Thompson Rivers University

Awards recognize outstanding research mentorship

  Posted on: April 4, 2019

Dr. Lisa Bourque Bearskin, associate professor, nursing.

Mentors have the capacity to shift the way we think, to empower us to think for ourselves, and to encourage boldness and a thirst for discovery.

That’s why each year TRU celebrates its outstanding undergraduate research mentors — faculty who have left an indelible mark on the students with whom they interact.

Dr. Wendy Hulko, associate professor, social work.

This year, Dr. Wendy Hulko and Dr. Lisa Bourque Bearskin were nominated by their colleagues and students, and received the 2019 Undergraduate Research Mentor Awards during the 14th annual Undergraduate Research and Innovation Conference. The awards celebrate those who help undergraduate students explore, inquire and engage in new knowledge creation by providing meaningful guidance and support.

Hulko, Associate Professor in the Department of Social Work, has undertaken several research projects that contribute to our understanding of aging, specifically as it relates to marginalized groups and those living in small cities. Hulko received TRU Excellence in Scholarship award in 2016. She has extensive experience mentoring undergraduate students and providing meaningful learning opportunities for them within her ongoing research programs.

“Wendy was able to make research interesting and tangible — something that could be participated in, rather than simply taught or learned about. She is absolutely the reason that I participated in research, and she is also the reason I hope to have the opportunity to support or conduct research again in the future,” wrote undergraduate researcher Tamara Lawrence.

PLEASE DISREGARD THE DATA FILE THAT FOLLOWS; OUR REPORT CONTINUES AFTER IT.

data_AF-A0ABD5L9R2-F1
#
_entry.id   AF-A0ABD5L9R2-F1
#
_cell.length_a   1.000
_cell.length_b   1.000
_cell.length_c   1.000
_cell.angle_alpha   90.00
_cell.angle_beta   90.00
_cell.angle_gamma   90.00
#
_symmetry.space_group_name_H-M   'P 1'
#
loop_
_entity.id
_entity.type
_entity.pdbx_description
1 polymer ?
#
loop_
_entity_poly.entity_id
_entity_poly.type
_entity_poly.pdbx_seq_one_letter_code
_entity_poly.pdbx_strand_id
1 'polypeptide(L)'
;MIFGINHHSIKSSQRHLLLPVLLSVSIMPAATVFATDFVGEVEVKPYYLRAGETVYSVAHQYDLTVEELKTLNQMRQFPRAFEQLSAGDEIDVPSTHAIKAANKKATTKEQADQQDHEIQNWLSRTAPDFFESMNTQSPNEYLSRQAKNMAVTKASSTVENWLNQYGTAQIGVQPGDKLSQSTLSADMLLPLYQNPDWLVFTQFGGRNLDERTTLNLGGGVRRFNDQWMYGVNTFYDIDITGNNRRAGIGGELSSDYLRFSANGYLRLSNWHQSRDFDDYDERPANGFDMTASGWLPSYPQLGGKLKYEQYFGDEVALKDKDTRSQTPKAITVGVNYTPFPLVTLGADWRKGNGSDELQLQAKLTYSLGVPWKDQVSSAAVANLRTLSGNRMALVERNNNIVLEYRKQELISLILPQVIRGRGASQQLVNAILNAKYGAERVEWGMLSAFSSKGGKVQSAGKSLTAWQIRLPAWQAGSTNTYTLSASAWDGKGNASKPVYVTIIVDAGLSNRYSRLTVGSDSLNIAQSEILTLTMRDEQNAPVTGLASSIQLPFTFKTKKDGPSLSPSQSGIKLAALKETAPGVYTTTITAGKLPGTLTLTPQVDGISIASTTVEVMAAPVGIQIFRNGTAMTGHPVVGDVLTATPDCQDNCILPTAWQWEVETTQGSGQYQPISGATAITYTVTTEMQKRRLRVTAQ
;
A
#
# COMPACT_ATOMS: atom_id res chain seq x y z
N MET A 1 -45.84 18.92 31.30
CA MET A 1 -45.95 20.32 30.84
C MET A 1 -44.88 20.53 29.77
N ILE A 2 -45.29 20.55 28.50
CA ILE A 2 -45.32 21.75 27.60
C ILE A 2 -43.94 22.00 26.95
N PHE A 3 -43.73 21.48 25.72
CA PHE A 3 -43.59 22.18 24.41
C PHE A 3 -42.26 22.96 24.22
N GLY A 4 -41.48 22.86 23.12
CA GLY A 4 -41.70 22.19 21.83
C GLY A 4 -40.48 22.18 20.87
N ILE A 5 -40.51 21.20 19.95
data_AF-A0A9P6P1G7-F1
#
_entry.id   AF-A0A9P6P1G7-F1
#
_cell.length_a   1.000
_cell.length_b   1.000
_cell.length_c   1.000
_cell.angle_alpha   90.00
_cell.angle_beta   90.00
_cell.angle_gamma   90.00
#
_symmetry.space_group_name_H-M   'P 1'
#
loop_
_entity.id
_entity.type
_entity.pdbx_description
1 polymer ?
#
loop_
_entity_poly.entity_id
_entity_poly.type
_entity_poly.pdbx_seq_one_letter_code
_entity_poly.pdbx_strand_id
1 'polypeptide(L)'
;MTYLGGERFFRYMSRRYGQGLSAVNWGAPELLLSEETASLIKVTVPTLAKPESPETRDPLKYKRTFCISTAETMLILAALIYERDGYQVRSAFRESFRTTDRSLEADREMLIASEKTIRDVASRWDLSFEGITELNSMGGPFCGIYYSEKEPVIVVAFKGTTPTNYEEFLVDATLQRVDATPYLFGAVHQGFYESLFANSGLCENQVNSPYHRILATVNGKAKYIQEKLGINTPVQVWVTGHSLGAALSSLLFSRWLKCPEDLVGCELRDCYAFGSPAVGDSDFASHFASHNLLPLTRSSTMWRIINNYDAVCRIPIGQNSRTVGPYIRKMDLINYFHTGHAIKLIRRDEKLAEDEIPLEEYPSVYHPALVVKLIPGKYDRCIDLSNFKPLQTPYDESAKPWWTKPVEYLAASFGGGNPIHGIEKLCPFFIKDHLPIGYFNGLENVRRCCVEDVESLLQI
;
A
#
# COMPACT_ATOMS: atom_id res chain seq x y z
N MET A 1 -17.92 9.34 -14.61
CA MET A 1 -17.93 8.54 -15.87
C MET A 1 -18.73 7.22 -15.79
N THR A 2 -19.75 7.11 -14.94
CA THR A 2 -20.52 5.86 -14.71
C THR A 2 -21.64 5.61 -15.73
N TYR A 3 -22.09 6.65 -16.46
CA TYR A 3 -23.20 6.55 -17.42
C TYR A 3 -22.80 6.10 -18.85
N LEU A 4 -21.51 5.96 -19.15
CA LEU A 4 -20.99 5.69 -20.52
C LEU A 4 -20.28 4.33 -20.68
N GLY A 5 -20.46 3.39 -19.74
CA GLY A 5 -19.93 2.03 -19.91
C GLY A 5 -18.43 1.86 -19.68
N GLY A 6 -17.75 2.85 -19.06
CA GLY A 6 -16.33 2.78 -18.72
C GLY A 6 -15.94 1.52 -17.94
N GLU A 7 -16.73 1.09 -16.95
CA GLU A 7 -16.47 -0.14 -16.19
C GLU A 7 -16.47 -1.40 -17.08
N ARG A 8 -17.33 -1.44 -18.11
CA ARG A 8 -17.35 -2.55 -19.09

Receiving this award was validating, said Hulko.

“I love research, and I love teaching other people how to do research, and I see research as a tool for social change,” she said. “Getting students to understand that research is something that can benefit themselves as citizens and social workers, while also learning about how to do research in a way that avoids past harms is important, and it works toward reducing those power differentials.”

Bourque Bearskin, Associate Professor in the School of Nursing, is nationally recognized for her contributions to Indigenous health research. Her research focuses on dismantling colonial healthcare systems and structures so that traditional knowledge can contribute to improved Indigenous health. 

“The main and most important indicator of my contributions is the fact that I’m mentoring students to do research,” she said. “Being able to create a supporting environment so students can look at the Indigenous health research agenda with a critical lens is my reward.”

And the impact of her contributions on students have been significant.

“In working with Lisa I was able to find my own Indigenous voice within research circles and academia. I have since been published in two Indigenous academic journals, and am planning on pursuing graduate level education,” wrote Janna Wale, a fourth year Natural Resource Science student.

“I am forever grateful for the time, dedication and invaluable mentorship that Lisa has provided to myself and my colleague, always lifting us up and connecting us to community and culture,” wrote Dawn Tisdale, Lead Facilitator, San’yas: Indigenous Cultural Safety Traning Program, Provincial Health Services Society.